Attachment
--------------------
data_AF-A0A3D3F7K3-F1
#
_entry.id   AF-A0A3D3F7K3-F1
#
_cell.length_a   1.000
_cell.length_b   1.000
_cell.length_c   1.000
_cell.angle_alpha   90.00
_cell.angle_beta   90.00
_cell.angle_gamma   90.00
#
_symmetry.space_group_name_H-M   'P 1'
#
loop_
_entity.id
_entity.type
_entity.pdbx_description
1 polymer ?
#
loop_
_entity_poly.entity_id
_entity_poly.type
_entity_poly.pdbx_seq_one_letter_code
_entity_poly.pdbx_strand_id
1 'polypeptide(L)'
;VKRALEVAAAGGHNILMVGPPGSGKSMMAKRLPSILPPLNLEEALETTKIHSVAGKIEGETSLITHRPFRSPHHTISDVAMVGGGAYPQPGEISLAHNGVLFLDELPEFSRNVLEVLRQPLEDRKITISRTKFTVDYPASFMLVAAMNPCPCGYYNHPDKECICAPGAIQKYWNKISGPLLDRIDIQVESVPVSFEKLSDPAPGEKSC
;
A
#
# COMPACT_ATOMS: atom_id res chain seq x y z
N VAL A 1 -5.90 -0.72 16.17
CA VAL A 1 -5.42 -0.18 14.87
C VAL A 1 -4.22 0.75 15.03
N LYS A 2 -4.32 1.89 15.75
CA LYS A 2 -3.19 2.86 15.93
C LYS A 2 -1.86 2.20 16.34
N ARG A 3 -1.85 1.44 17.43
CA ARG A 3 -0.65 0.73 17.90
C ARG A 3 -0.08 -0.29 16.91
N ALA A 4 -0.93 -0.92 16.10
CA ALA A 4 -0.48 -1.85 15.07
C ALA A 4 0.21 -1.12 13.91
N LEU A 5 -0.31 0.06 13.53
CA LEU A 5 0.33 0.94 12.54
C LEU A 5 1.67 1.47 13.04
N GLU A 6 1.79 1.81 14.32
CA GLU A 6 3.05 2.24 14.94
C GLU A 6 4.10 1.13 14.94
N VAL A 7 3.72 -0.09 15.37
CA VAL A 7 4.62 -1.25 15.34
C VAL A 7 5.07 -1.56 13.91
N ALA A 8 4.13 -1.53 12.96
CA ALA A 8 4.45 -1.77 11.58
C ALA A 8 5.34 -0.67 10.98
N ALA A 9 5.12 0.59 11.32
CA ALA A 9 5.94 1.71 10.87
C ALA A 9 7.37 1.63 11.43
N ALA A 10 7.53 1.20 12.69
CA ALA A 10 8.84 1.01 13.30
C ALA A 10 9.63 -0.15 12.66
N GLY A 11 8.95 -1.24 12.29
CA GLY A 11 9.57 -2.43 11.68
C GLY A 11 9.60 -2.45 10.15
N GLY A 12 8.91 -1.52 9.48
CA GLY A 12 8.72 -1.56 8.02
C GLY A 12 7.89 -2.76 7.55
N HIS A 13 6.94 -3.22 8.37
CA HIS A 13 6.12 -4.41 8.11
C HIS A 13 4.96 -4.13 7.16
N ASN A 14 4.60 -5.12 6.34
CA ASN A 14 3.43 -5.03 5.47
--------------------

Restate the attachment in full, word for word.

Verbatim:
data_AF-A0A3D3F7K3-F1
#
_entry.id   AF-A0A3D3F7K3-F1
#
_cell.length_a   1.000
_cell.length_b   1.000
_cell.length_c   1.000
_cell.angle_alpha   90.00
_cell.angle_beta   90.00
_cell.angle_gamma   90.00
#
_symmetry.space_group_name_H-M   'P 1'
#
loop_
_entity.id
_entity.type
_entity.pdbx_description
1 polymer ?
#
loop_
_entity_poly.entity_id
_entity_poly.type
_entity_poly.pdbx_seq_one_letter_code
_entity_poly.pdbx_strand_id
1 'polypeptide(L)'
;VKRALEVAAAGGHNILMVGPPGSGKSMMAKRLPSILPPLNLEEALETTKIHSVAGKIEGETSLITHRPFRSPHHTISDVAMVGGGAYPQPGEISLAHNGVLFLDELPEFSRNVLEVLRQPLEDRKITISRTKFTVDYPASFMLVAAMNPCPCGYYNHPDKECICAPGAIQKYWNKISGPLLDRIDIQVESVPVSFEKLSDPAPGEKSC
;
A
#
# COMPACT_ATOMS: atom_id res chain seq x y z
N VAL A 1 -5.90 -0.72 16.17
CA VAL A 1 -5.42 -0.18 14.87
C VAL A 1 -4.22 0.75 15.03
N LYS A 2 -4.32 1.89 15.75
CA LYS A 2 -3.19 2.86 15.93
C LYS A 2 -1.86 2.20 16.34
N ARG A 3 -1.85 1.44 17.43
CA ARG A 3 -0.65 0.73 17.90
C ARG A 3 -0.08 -0.29 16.91
N ALA A 4 -0.93 -0.92 16.10
CA ALA A 4 -0.48 -1.85 15.07
C ALA A 4 0.21 -1.12 13.91
N LEU A 5 -0.31 0.06 13.53
CA LEU A 5 0.33 0.94 12.54
C LEU A 5 1.67 1.47 13.04
N GLU A 6 1.79 1.81 14.32
CA GLU A 6 3.05 2.24 14.94
C GLU A 6 4.10 1.13 14.94
N VAL A 7 3.72 -0.09 15.37
CA VAL A 7 4.62 -1.25 15.34
C VAL A 7 5.07 -1.56 13.91
N ALA A 8 4.13 -1.53 12.96
CA ALA A 8 4.45 -1.77 11.58
C ALA A 8 5.34 -0.67 10.98
N ALA A 9 5.12 0.59 11.32
CA ALA A 9 5.94 1.71 10.87
C ALA A 9 7.37 1.63 11.43
N ALA A 10 7.53 1.20 12.69
CA ALA A 10 8.84 1.01 13.30
C ALA A 10 9.63 -0.15 12.66
N GLY A 11 8.95 -1.24 12.29
CA GLY A 11 9.57 -2.43 11.68
C GLY A 11 9.60 -2.45 10.15
N GLY A 12 8.91 -1.52 9.48
CA GLY A 12 8.72 -1.56 8.02
C GLY A 12 7.89 -2.76 7.55
N HIS A 13 6.94 -3.22 8.37
CA HIS A 13 6.12 -4.41 8.11
C HIS A 13 4.96 -4.13 7.16
N ASN A 14 4.60 -5.12 6.34
CA ASN A 14 3.43 -5.03 5.47